Before deriving the terrain evaluation method, the following terms are defined, based on the tenets above. M is the collection (set) of all of terrain in the scenario map, which is divided into a predetermined number of equal-sized sections. The set M is a collection of all such sections; n is the size of the set M; CN(q) is the concealment percentage offered by the section q, defined for all terrain sections q in the map M; CV(q) is the cover percentage offered by the section q, defined for all terrain sections q in the map M; V(q) is the raw terrain value of the section q, defined for all terrain sections q in the map M; LOS(q,r) is the line-of-sight function from section q to section r, and is equal to 1 if there is a clear line-of-sight, and is otherwise equal to 0, defined for all terrain sections q and r in the map M; F(q) is the raw fields-of-fire offered by section q, defined for all terrain sections q in the map M; F'(q) is the fields-of-fire offered by section q, adjusted for fields-of-fire to key terrain, defined for all terrain sections q in the map M; and V'(q) is a terrain value of the section q, adjusted for its fields-of-fire, defined for all terrain sections q in the map M. The function D(q,t) represents the distance between the terrain section q and the vechicle's assigned terrain section at time t, defined for all terrain sections in the map M. The value which we must derive is C(q,t), the final adjusted terrain cost of the section q, defined for all terrain sections q in the map M.

A derivation of the method for calculating terrain costs is presented below, and with reference to FIG. 2, which gives an overview of the method.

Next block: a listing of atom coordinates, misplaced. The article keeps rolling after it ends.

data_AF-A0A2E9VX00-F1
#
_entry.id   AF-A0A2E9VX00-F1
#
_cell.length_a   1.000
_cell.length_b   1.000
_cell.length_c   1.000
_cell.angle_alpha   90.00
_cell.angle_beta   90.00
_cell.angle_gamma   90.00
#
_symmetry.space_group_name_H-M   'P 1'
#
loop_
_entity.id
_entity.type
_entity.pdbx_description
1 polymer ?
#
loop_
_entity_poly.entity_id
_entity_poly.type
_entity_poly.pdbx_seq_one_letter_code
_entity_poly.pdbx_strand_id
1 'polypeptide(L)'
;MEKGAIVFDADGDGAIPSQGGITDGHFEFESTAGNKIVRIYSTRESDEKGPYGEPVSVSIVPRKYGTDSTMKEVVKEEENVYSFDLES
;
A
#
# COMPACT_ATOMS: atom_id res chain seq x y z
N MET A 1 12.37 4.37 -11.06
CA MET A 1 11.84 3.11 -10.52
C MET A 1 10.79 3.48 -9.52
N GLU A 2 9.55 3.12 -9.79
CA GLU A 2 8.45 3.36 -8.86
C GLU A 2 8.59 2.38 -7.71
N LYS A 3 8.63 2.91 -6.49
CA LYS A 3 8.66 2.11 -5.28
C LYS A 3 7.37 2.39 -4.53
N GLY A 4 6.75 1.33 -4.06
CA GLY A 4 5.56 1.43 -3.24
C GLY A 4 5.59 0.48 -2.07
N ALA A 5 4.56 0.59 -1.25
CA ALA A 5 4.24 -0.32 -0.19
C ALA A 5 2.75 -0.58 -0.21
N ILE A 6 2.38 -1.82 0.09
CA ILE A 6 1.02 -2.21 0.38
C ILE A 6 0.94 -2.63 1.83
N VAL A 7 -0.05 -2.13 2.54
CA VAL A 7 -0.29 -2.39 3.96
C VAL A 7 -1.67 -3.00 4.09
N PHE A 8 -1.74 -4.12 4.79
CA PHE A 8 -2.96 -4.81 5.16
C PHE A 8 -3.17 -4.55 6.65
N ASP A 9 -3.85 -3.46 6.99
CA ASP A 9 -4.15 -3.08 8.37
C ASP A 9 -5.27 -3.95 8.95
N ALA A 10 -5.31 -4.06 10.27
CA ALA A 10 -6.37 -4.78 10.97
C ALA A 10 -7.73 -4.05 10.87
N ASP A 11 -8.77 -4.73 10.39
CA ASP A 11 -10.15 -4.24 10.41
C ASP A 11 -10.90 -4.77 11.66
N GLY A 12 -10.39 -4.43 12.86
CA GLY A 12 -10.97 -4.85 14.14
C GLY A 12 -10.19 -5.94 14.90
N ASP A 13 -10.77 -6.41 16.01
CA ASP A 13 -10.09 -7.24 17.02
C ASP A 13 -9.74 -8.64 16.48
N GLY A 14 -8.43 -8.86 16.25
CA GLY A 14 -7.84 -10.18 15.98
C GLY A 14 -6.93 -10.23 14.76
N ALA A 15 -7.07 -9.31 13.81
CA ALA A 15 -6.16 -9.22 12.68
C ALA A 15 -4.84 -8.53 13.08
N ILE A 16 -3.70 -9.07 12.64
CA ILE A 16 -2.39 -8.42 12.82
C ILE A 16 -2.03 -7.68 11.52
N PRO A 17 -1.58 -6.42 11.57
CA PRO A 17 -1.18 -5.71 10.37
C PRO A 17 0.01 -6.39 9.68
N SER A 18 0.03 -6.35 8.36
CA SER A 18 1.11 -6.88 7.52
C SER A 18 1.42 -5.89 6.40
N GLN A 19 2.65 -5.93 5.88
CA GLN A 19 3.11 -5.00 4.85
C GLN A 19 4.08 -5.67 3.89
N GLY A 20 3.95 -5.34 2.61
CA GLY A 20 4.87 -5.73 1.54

The first step in determining terrain costs, found in box 21, is to determine a raw terrain cost for each terrain section. V(q), the raw terrain cost of the section q, is found by subtracting the concealment and cover percentages from 0 and then dividing by 50. The constant 2.0 is then added to this value, leaving the range of possible values from -2.0 to +2.0. Poor defensive terrain will have positive values, and good defensive terrain will have negative values. Given the definitions above, this calculation is expressed by the equation: ##EQU1##

The next step is to determine the raw fields-of-fire score for the terrain section. Box 22 corresponds to this step. A simple measure of fields-of-fire is the number of other terrain sections which may be seen from the current sections. If F(q) is the raw fields-of-fire value for the terrain section, this counting operation may be expressed as: ##EQU2##

Next we calculate the average raw fields-of-fire score, F, which is simply the arithmetic mean of the values of F(q). This is illustrated by box 23. The calculation can be expressed as: ##EQU3##